Instrumental People

I’m always so happy to find old pictures, especially of people who were instrumental in my life.  These were co-workers where I worked for nearly ten years before the company had financial difficulties, got sold, and everybody was gone.  Here we were moments before leaving to go to a Cubs game for the afternoon, a reward for a big project that was recently finished.

I’m at the far left – I didn’t fix myself up that day!  Two over from me is my boss, in the dark shirt and shorts.  He was ten years older than I was and so much wiser in the game of life.  His wife was a stay-at-home mother, I was not.  Even so, he was one of my biggest supporters when I had trouble balancing work and family, when I needed favors, and in helping me maintain equilibrium in my life.  I worked hard for him and he was fair in return.  I try to be the kind of boss he was – patient and kind, but providing feedback and correction when needed.  He mentored me daily and I do the same for my staff.

Three over from him is an older gentleman in a yellow shirt who also reported to my boss.  He was older than all of us, having actually passed retirement age a year or so earlier.  At one time he was a top dog in our field.  He had a problem with alcohol though, losing several jobs before going to work for a former employee of his.  His boss / former employee finally did an intervention and made him go to rehab.  This gentleman was vocal that it saved his life and he gave credit to his boss’s willingness to deliver a tough message (get help or get fired) and make it stick.

At the time I worked with him, he was twenty years older than my boss.  He was clear that he was not the boss.  He supported my boss anyway he could, he did any project asked of him, and he taught me that humility and respect were wonderful things no matter what your age or former position used to be.  He was a wonderful team player and example to those of us who were so much younger.

Two people in this picture taught me how I didn’t want to act in the workplace.  From one of these, I learned that no matter what I did, I was offensive merely by breathing the same air in the same room.  I finally had to toughen up and ignore it, being careful to not expose myself in a way that they could hurt me.  Another one taught me that no matter how much someone might smile and act nice, they would often backstab and could not be trusted.  I didn’t have to work with that one very often and generally documented each dealing we had to protect myself.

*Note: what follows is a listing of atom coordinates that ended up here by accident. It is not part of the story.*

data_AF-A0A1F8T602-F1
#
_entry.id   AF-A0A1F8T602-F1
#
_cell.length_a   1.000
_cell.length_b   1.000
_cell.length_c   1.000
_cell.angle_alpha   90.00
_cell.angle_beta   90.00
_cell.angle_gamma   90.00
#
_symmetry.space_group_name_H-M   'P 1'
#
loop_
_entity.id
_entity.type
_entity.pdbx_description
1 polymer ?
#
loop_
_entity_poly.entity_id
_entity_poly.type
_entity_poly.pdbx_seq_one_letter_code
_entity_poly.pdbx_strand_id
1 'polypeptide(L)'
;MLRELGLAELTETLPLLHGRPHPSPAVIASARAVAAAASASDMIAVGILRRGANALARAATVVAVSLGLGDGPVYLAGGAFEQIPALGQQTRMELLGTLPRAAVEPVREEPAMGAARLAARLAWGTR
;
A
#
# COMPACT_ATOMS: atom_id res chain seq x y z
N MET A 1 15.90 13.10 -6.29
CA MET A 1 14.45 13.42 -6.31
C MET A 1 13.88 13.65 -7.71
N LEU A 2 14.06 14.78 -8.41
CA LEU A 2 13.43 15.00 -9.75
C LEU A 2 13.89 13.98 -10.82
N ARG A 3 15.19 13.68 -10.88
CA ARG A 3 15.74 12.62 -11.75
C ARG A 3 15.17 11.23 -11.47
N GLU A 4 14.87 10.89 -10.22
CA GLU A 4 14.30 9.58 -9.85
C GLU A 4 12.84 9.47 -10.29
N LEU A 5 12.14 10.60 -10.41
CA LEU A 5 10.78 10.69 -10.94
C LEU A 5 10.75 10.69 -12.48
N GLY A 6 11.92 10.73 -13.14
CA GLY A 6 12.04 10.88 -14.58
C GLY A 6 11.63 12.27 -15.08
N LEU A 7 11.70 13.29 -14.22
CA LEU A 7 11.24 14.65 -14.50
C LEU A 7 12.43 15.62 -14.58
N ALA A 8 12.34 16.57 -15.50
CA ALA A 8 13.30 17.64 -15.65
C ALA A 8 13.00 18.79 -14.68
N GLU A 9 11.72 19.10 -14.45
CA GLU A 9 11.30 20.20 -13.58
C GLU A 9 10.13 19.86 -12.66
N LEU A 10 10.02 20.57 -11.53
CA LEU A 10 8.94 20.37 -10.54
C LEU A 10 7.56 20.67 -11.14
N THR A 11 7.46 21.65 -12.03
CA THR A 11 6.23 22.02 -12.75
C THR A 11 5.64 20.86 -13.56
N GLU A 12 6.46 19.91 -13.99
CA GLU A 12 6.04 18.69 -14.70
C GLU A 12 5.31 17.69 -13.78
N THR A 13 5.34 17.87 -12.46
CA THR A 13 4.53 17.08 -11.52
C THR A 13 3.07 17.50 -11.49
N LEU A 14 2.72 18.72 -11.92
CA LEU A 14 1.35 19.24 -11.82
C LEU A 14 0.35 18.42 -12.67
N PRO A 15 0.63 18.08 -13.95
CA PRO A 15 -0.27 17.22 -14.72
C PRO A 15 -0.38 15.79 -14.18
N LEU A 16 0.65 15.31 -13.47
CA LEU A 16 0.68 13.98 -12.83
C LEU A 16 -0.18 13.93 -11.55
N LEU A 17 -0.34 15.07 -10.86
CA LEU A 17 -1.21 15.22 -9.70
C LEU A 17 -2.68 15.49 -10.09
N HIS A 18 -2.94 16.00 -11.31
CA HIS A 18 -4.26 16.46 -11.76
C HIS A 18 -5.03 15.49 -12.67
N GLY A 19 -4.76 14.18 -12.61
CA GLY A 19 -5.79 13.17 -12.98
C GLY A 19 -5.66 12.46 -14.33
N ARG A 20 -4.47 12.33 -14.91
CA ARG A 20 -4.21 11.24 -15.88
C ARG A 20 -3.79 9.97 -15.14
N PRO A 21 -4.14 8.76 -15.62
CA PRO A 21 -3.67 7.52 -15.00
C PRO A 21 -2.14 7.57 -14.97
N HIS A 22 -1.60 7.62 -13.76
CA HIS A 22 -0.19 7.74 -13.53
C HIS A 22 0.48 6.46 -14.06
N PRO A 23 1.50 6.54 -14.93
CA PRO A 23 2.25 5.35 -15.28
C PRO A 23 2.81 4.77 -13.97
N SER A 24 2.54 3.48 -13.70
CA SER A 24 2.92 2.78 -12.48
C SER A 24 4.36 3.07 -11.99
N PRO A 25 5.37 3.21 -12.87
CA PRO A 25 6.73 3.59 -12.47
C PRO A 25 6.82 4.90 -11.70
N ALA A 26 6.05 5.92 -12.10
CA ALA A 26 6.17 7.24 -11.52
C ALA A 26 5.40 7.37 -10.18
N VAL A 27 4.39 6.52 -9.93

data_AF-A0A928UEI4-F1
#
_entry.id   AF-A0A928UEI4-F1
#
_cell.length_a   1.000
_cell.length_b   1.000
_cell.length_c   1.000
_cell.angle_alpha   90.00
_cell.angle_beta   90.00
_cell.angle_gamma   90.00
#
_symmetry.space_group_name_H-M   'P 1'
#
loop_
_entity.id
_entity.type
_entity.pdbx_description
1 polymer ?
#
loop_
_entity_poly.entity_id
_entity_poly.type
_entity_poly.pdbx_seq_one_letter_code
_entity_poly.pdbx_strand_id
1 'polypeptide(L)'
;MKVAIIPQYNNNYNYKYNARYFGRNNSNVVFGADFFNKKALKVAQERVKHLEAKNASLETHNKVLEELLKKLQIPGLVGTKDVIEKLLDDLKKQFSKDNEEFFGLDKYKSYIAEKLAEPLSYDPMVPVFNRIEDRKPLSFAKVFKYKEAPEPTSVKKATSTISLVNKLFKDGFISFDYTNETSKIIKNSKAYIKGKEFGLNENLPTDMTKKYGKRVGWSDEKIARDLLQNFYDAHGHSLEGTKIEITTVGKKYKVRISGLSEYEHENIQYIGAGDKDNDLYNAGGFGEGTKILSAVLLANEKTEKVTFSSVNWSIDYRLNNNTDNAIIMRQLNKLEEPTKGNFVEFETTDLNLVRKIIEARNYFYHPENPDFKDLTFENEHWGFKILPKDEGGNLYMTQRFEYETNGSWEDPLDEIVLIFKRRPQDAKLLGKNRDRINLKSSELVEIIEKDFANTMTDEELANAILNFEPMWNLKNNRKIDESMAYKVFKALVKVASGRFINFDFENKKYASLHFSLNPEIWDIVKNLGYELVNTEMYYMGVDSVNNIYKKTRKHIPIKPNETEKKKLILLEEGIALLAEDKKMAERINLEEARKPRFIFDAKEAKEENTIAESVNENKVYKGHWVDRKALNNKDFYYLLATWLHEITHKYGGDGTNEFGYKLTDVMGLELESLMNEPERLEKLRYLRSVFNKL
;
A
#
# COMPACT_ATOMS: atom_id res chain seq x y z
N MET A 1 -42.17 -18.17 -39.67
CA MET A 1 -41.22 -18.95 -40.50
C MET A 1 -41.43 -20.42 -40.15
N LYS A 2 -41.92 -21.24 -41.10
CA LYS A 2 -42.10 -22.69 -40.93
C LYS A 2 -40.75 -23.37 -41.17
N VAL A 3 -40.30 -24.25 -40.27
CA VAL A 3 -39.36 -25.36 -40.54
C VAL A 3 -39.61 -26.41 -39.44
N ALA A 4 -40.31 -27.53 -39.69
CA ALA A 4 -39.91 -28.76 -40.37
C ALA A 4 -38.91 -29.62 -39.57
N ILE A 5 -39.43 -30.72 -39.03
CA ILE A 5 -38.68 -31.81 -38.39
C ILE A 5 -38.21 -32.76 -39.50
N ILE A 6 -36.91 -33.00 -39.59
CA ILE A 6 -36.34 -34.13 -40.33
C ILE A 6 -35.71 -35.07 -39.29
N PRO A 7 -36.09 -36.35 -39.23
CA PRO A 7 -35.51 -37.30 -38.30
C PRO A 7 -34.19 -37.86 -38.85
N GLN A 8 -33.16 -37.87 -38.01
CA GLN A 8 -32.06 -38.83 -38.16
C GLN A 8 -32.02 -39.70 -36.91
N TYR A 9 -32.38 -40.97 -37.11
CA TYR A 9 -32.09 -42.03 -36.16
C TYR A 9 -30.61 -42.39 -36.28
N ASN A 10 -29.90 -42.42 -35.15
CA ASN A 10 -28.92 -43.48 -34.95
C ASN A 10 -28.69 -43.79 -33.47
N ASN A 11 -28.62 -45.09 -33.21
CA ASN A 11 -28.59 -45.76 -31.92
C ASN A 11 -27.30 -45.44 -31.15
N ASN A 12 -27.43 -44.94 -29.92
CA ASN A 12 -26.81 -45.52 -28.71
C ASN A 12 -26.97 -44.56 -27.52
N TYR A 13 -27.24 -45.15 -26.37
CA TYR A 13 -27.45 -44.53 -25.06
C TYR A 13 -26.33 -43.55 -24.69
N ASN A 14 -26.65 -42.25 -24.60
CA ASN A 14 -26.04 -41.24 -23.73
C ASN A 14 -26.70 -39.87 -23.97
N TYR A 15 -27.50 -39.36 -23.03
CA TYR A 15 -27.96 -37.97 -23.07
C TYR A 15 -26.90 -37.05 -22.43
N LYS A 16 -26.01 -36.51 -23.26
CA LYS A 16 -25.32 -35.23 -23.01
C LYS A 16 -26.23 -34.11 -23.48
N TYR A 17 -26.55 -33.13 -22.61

The rest of them were good friends.  We worked, laughed and cried together.  We pulled together at the end before the company went under and took care of each other as best we could.  They were a good crew and I am still in touch with some of them.

© 2011 dogear6 llc

Word for tomorrow – PRECEDING.  If you prefer to work ahead, see the list for the week under “A Word A Day”.


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I am a backyard adventurer, philosopher and observer, recording my life in journals and photographs. Visit my blog at

2 Comments Leave a comment

  1. Modeling & mentoring are rightly stressed as developing the future of young people but little is said of the power of ‘negative models’. I’m glad you mention them in your post. Just as you learned what not to be as a professional I gained confidence in myself & my potential from teachers who had major flaws. While 2 devoted young women who were good music teachers made a preteen wish she could grow up to be like them it was a couple of male teachers with major flaws (including alcohol problems which I was unaware of at the time) who made me believe that even if I could not match the talents of my female idols I could be better than some of the people in the field.

    • That’s a really good point that you make – I hadn’t thought of it quite that way. But yes, the negative models also taught me. I’m glad your teachers reminded you of that truth that while you might not match the talent of the very talented, you can still be much better than many in your field. That’s a good truth to hang onto in all areas of our life.


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